Welcome and thank you for taking a moment to learn more about how to take the risk out of records retention.
This week we are going to improve your knowledge of which laws impact your human resources records retention efforts.
Before we dive in, here are some of the topics that we have recently touched on:
- The 4 Steps Schools Must Take to Avoid Records Retention Deficiencies
- The 4 Best Practices to Avoid Becoming Addicted to Hoarding
- 1 Rule to Define Them: Getting to Know Buckley
In the last email, we highlighted some mistakes that organizations commonly make when it comes to their records retention. In today’s email, we’ll dig deeper into Human Resources. Specifically, I’ll show you which laws impact the retention of human resources records.
That being said we all know the heart and soul of any organization is their people. The issue is that value resource comes with a lot of baggage. When you look at your human resources department do you:
- See all of your records in a paper format?
- Find those paper records taking up banker boxes and filing cabinets?
- Question yourself about how long you have retained all of those records?
- Wonder what your liability is which each of those records?
That is exactly the issue that was at the heart of Brynie v. Town of Cromwell, (No. 99-9389, 2nd Cir.). The school district in question allegedly destroyed the plaintiffs’ paperwork which originated during his hiring process. This fact allowed the then unemployed part-time teacher to bring an age and sex discrimination suit against the district. The courts determination was that the federal requirements mandate hiring records must be held for two years finding in favor of the plaintiffs’ suit.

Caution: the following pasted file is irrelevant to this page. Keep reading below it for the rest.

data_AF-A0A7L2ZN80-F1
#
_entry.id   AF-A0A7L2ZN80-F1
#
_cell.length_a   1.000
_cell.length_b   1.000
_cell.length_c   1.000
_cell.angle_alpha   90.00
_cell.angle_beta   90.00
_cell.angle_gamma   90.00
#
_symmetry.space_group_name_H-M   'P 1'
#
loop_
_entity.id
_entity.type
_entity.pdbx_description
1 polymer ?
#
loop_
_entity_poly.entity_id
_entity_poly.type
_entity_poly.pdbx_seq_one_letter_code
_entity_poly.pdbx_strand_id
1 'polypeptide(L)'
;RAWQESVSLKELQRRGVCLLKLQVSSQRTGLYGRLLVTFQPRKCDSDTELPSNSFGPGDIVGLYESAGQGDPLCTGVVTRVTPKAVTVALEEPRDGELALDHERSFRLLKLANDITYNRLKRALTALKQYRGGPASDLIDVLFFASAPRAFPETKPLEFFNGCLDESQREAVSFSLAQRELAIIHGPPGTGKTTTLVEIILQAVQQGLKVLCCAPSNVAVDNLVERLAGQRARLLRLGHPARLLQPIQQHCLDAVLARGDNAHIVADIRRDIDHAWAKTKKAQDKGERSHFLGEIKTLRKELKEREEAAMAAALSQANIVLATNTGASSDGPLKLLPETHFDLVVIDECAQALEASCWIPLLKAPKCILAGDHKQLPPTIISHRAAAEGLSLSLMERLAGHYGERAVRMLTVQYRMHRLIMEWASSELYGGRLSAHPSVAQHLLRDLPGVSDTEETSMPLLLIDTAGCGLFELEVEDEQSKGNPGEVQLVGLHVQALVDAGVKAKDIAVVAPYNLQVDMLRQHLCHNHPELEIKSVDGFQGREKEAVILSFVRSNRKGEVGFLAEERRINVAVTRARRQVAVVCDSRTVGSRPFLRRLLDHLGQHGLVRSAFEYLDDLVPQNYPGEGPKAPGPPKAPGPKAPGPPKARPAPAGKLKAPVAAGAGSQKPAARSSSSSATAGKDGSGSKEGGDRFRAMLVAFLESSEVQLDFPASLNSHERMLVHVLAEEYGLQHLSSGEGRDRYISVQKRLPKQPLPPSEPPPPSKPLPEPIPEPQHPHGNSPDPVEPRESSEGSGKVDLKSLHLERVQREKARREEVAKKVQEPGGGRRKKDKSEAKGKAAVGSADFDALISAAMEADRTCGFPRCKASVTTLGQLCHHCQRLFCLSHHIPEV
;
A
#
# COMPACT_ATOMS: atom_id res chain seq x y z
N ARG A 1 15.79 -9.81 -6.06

Giving them the benefit of the doubt that they had a records retention schedule, this school district, like so many other organizations was impacted by the following:
- Allowing access to records to individuals without appropriate permissions
- Unrestricted permissions to mistakenly deleted files
- A records retention schedule that was not adhered to
- No methodology to enforce a retention schedule
At a high level, here are 7 laws that impact the retention of Human Resources records
- Fair Labor Standards Act (FLSA) – 2 years for basic employment records and 3 years for payroll records
- Equal Pay Act – 2 years of detail of pay discrepancy
- EEOC – 1 years after the completion of all benefit plans
- FMLA – 3 years after FMLA leave is taken
- Immigration Reform & Control Act – 1 year after termination for all I-9 forms
- OSHA – 5 years for job related injuries up to 30 years for toxic substance exposure
- ERISA – 6 years for benefits annual summary and descriptions
To avoid finding yourself involved in a situation like the Town of Cromwell, obviously establish an approved records retention policy but take it a step farther and automate the process. Adhering to a manual retention policy is labor intensive to the point of boarding on impossible. Seek an environment in which you are automatically notified of the records that have reached their retention period and your available end of life options (delete, save, save to archive…)
Records are required…they just don’t have to be a risk
- Document Security: Is Your Data Really Backed up Properly
- A Virtual Document Storage Story
- Faxing: Reliable/Prevalent, Cost Effective/Secure
About the author
Document Mountain is known as a leader in document management by companies across the globe. Document Mountain currently streamlines document related processes for hundreds of companies so that thousands of end-users can securely store and manage millions of documents on a monthly basis. To learn more about Document Mountain grab a free special report on the “6 Ways to Identify Poor Record Management for Education”, but the best way to determine if we can help your specific situation in a brief 20 minute conversation. Ready to see if we can help? Click here to schedule a brief 20 minute conversation.